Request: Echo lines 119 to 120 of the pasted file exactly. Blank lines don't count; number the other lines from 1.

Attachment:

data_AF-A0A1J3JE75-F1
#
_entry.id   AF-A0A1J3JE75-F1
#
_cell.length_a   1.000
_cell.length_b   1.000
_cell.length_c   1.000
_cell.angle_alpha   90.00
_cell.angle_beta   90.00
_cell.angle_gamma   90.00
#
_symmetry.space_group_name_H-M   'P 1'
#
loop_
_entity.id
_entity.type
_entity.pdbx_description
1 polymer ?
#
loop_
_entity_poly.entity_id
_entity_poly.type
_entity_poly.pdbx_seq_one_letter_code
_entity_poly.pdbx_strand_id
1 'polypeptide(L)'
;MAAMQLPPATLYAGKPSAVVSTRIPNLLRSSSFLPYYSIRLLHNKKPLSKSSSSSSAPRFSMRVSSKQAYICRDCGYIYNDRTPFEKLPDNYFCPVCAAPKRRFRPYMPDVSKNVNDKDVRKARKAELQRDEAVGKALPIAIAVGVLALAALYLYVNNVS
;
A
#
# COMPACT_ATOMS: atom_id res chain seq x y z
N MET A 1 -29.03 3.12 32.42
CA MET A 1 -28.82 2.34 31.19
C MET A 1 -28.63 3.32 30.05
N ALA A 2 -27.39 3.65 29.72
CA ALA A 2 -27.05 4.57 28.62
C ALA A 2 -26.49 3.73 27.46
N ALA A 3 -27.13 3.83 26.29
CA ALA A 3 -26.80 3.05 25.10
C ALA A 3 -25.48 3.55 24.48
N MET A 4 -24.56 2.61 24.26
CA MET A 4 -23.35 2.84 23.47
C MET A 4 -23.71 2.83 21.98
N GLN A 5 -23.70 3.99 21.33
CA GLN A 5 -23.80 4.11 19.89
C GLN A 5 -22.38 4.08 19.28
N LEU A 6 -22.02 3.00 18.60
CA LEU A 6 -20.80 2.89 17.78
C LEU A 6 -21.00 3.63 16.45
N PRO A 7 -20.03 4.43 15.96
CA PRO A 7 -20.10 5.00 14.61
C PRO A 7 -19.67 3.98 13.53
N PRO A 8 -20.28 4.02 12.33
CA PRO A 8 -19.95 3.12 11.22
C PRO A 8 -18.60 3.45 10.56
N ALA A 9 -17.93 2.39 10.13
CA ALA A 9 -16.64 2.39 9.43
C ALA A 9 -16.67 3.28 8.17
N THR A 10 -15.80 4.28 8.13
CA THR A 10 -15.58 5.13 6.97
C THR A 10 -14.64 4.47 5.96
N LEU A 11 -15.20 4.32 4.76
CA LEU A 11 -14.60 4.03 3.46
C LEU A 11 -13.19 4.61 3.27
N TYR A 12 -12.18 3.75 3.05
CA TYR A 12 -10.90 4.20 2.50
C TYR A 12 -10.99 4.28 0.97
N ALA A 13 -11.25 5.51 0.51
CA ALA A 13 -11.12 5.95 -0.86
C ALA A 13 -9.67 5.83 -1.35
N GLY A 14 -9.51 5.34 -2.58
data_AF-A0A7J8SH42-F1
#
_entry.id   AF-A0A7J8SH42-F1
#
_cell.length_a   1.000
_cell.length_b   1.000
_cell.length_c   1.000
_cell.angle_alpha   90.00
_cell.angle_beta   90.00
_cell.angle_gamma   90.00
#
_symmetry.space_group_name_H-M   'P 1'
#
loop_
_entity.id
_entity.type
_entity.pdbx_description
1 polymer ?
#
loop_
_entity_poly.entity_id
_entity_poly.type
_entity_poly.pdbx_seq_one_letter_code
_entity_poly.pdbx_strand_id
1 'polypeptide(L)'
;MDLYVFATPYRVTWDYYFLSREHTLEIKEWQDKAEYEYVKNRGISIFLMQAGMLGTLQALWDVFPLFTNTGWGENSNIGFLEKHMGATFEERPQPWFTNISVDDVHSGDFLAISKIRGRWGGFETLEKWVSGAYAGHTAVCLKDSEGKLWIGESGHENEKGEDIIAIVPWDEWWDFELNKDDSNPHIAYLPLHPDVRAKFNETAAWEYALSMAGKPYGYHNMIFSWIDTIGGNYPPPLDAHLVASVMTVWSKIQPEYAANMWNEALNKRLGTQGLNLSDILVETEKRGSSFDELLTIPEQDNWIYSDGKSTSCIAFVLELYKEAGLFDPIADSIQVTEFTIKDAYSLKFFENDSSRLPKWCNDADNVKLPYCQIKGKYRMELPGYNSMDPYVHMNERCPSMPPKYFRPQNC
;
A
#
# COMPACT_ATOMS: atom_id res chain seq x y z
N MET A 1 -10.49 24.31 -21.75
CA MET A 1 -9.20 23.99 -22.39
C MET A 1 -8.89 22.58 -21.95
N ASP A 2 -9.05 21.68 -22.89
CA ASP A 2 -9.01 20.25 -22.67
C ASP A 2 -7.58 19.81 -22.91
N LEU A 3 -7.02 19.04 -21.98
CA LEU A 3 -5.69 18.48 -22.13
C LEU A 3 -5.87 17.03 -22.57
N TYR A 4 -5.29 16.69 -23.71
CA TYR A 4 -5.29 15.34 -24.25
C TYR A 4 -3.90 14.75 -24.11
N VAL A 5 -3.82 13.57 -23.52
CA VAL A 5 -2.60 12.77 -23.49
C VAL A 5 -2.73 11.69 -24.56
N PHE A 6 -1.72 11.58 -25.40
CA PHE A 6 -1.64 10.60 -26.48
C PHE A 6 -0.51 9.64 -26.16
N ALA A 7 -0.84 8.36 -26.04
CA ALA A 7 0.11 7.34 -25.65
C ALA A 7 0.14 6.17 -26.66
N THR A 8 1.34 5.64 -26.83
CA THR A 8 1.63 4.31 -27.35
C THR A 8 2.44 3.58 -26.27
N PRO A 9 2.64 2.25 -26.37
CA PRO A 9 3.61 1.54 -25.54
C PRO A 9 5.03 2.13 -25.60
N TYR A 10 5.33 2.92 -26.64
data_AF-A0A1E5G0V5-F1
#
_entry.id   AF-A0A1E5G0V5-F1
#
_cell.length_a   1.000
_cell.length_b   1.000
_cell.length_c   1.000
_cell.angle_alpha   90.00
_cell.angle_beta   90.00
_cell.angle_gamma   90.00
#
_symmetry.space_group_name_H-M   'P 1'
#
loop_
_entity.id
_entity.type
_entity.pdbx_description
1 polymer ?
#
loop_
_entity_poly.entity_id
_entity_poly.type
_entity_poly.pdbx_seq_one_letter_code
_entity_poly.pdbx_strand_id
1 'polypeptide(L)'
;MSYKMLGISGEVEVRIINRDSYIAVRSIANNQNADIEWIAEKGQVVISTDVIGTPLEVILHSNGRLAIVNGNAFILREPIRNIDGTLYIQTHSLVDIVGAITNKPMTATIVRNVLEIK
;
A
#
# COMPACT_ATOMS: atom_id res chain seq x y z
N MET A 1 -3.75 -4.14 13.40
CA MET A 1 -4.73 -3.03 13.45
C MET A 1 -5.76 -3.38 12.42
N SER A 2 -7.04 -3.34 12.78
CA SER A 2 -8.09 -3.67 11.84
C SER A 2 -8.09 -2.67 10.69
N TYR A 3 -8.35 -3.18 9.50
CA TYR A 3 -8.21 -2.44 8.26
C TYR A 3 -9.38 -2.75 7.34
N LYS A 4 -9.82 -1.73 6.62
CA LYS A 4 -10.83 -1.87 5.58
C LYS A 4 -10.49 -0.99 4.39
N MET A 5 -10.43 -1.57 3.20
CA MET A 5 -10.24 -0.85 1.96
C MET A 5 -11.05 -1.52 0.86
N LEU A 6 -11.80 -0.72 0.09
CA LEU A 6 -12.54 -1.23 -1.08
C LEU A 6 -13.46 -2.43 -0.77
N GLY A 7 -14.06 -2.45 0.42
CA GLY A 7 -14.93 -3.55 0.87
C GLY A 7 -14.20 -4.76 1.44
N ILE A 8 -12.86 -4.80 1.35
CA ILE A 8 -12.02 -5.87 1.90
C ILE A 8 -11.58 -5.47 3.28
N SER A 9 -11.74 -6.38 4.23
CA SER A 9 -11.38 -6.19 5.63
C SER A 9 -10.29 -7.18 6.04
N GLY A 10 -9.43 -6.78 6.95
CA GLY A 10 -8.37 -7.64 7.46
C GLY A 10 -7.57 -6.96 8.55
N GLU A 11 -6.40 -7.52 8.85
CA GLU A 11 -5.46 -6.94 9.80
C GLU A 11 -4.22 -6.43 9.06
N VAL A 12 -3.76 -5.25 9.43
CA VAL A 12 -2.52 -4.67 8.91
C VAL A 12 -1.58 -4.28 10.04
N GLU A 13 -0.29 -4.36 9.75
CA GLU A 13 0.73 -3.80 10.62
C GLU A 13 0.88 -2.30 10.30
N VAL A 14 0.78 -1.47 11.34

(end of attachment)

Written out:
N ALA A 7 -0.84 8.36 -26.04
CA ALA A 7 0.11 7.34 -25.65